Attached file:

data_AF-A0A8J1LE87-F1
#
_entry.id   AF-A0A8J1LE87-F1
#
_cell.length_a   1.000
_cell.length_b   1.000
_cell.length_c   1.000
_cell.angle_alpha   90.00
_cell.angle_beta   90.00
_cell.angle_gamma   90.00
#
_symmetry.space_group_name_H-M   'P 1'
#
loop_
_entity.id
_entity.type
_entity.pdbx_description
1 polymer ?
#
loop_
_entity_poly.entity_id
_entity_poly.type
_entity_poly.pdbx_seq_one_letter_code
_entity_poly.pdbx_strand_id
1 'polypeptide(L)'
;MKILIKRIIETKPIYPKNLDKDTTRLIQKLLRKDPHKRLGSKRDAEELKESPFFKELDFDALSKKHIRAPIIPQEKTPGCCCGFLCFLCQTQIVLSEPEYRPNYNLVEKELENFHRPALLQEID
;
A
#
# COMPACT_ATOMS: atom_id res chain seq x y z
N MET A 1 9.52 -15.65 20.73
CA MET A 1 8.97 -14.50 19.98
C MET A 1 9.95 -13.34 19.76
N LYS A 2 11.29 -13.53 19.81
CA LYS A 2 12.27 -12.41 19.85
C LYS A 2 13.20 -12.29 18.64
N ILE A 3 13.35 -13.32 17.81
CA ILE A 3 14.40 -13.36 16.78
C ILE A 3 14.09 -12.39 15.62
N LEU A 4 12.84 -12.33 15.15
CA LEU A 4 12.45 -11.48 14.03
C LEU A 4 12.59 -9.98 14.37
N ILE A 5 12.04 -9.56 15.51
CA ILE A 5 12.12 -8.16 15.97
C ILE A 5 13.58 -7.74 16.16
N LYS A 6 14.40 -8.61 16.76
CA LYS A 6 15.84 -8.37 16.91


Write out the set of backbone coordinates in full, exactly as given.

data_AF-A0A8J1LE87-F1
#
_entry.id   AF-A0A8J1LE87-F1
#
_cell.length_a   1.000
_cell.length_b   1.000
_cell.length_c   1.000
_cell.angle_alpha   90.00
_cell.angle_beta   90.00
_cell.angle_gamma   90.00
#
_symmetry.space_group_name_H-M   'P 1'
#
loop_
_entity.id
_entity.type
_entity.pdbx_description
1 polymer ?
#
loop_
_entity_poly.entity_id
_entity_poly.type
_entity_poly.pdbx_seq_one_letter_code
_entity_poly.pdbx_strand_id
1 'polypeptide(L)'
;MKILIKRIIETKPIYPKNLDKDTTRLIQKLLRKDPHKRLGSKRDAEELKESPFFKELDFDALSKKHIRAPIIPQEKTPGCCCGFLCFLCQTQIVLSEPEYRPNYNLVEKELENFHRPALLQEID
;
A
#
# COMPACT_ATOMS: atom_id res chain seq x y z
N MET A 1 9.52 -15.65 20.73
CA MET A 1 8.97 -14.50 19.98
C MET A 1 9.95 -13.34 19.76
N LYS A 2 11.29 -13.53 19.81
CA LYS A 2 12.27 -12.41 19.85
C LYS A 2 13.20 -12.29 18.64
N ILE A 3 13.35 -13.32 17.81
CA ILE A 3 14.40 -13.36 16.78
C ILE A 3 14.09 -12.39 15.62
N LEU A 4 12.84 -12.33 15.15
CA LEU A 4 12.45 -11.48 14.03
C LEU A 4 12.59 -9.98 14.37
N ILE A 5 12.04 -9.56 15.51
CA ILE A 5 12.12 -8.16 15.97
C ILE A 5 13.58 -7.74 16.16
N LYS A 6 14.40 -8.61 16.76
CA LYS A 6 15.84 -8.37 16.91